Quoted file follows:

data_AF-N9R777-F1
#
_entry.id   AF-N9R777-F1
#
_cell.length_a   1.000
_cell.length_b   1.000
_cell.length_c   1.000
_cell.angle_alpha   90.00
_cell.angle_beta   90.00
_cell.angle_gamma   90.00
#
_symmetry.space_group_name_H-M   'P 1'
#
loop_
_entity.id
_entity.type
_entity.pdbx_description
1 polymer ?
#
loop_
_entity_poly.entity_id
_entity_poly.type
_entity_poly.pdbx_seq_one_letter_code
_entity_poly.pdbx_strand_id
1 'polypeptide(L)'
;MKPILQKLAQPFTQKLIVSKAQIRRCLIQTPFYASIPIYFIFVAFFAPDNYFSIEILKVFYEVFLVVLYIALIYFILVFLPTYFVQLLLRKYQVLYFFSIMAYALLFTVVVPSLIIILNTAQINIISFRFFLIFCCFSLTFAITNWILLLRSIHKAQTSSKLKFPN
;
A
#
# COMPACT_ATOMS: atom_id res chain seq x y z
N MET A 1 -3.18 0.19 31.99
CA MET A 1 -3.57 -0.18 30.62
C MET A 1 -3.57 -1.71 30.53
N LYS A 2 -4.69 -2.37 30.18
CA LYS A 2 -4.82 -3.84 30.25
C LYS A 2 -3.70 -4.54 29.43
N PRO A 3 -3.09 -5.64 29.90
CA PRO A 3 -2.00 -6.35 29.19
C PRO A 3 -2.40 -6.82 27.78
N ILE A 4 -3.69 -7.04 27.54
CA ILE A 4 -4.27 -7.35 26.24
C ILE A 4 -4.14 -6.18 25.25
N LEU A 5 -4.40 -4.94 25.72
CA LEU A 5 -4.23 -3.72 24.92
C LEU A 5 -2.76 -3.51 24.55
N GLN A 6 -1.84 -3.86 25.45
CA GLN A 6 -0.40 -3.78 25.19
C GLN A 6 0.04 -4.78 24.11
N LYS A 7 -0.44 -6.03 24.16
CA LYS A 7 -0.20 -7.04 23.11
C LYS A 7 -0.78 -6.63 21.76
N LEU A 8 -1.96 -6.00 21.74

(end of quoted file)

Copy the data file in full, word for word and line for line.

data_AF-N9R777-F1
#
_entry.id   AF-N9R777-F1
#
_cell.length_a   1.000
_cell.length_b   1.000
_cell.length_c   1.000
_cell.angle_alpha   90.00
_cell.angle_beta   90.00
_cell.angle_gamma   90.00
#
_symmetry.space_group_name_H-M   'P 1'
#
loop_
_entity.id
_entity.type
_entity.pdbx_description
1 polymer ?
#
loop_
_entity_poly.entity_id
_entity_poly.type
_entity_poly.pdbx_seq_one_letter_code
_entity_poly.pdbx_strand_id
1 'polypeptide(L)'
;MKPILQKLAQPFTQKLIVSKAQIRRCLIQTPFYASIPIYFIFVAFFAPDNYFSIEILKVFYEVFLVVLYIALIYFILVFLPTYFVQLLLRKYQVLYFFSIMAYALLFTVVVPSLIIILNTAQINIISFRFFLIFCCFSLTFAITNWILLLRSIHKAQTSSKLKFPN
;
A
#
# COMPACT_ATOMS: atom_id res chain seq x y z
N MET A 1 -3.18 0.19 31.99
CA MET A 1 -3.57 -0.18 30.62
C MET A 1 -3.57 -1.71 30.53
N LYS A 2 -4.69 -2.37 30.18
CA LYS A 2 -4.82 -3.84 30.25
C LYS A 2 -3.70 -4.54 29.43
N PRO A 3 -3.09 -5.64 29.90
CA PRO A 3 -2.00 -6.35 29.19
C PRO A 3 -2.40 -6.82 27.78
N ILE A 4 -3.69 -7.04 27.54
CA ILE A 4 -4.27 -7.35 26.24
C ILE A 4 -4.14 -6.18 25.25
N LEU A 5 -4.40 -4.94 25.72
CA LEU A 5 -4.23 -3.72 24.92
C LEU A 5 -2.76 -3.51 24.55
N GLN A 6 -1.84 -3.86 25.45
CA GLN A 6 -0.40 -3.78 25.19
C GLN A 6 0.04 -4.78 24.11
N LYS A 7 -0.44 -6.03 24.16
CA LYS A 7 -0.20 -7.04 23.11
C LYS A 7 -0.78 -6.63 21.76
N LEU A 8 -1.96 -6.00 21.74